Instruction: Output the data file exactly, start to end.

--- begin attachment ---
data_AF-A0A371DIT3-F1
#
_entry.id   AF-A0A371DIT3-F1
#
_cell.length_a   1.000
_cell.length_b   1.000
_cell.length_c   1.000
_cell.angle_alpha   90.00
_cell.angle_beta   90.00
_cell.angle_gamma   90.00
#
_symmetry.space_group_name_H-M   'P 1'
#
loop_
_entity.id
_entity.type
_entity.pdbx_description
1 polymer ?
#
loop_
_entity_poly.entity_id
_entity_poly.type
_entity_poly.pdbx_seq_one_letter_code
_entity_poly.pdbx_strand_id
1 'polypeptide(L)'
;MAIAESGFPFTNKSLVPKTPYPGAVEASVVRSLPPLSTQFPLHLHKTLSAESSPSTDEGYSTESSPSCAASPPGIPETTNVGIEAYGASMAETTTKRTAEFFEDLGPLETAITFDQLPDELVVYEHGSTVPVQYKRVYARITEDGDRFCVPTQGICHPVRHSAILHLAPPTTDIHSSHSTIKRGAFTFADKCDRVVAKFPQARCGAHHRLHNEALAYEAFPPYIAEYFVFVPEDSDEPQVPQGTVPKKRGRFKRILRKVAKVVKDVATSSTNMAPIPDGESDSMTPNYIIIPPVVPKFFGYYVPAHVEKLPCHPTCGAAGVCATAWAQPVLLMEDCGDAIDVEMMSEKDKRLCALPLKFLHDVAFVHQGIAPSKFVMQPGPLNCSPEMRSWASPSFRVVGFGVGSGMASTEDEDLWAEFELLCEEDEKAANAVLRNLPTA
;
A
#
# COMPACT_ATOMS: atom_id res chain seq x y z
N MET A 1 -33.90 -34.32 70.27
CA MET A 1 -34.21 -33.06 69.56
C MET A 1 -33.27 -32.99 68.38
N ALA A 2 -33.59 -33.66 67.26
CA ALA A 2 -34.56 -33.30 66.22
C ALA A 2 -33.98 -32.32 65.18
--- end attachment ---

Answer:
data_AF-A0A371DIT3-F1
#
_entry.id   AF-A0A371DIT3-F1
#
_cell.length_a   1.000
_cell.length_b   1.000
_cell.length_c   1.000
_cell.angle_alpha   90.00
_cell.angle_beta   90.00
_cell.angle_gamma   90.00
#
_symmetry.space_group_name_H-M   'P 1'
#
loop_
_entity.id
_entity.type
_entity.pdbx_description
1 polymer ?
#
loop_
_entity_poly.entity_id
_entity_poly.type
_entity_poly.pdbx_seq_one_letter_code
_entity_poly.pdbx_strand_id
1 'polypeptide(L)'
;MAIAESGFPFTNKSLVPKTPYPGAVEASVVRSLPPLSTQFPLHLHKTLSAESSPSTDEGYSTESSPSCAASPPGIPETTNVGIEAYGASMAETTTKRTAEFFEDLGPLETAITFDQLPDELVVYEHGSTVPVQYKRVYARITEDGDRFCVPTQGICHPVRHSAILHLAPPTTDIHSSHSTIKRGAFTFADKCDRVVAKFPQARCGAHHRLHNEALAYEAFPPYIAEYFVFVPEDSDEPQVPQGTVPKKRGRFKRILRKVAKVVKDVATSSTNMAPIPDGESDSMTPNYIIIPPVVPKFFGYYVPAHVEKLPCHPTCGAAGVCATAWAQPVLLMEDCGDAIDVEMMSEKDKRLCALPLKFLHDVAFVHQGIAPSKFVMQPGPLNCSPEMRSWASPSFRVVGFGVGSGMASTEDEDLWAEFELLCEEDEKAANAVLRNLPTA
;
A
#
# COMPACT_ATOMS: atom_id res chain seq x y z
N MET A 1 -33.90 -34.32 70.27
CA MET A 1 -34.21 -33.06 69.56
C MET A 1 -33.27 -32.99 68.38
N ALA A 2 -33.59 -33.66 67.26
CA ALA A 2 -34.56 -33.30 66.22
C ALA A 2 -33.98 -32.32 65.18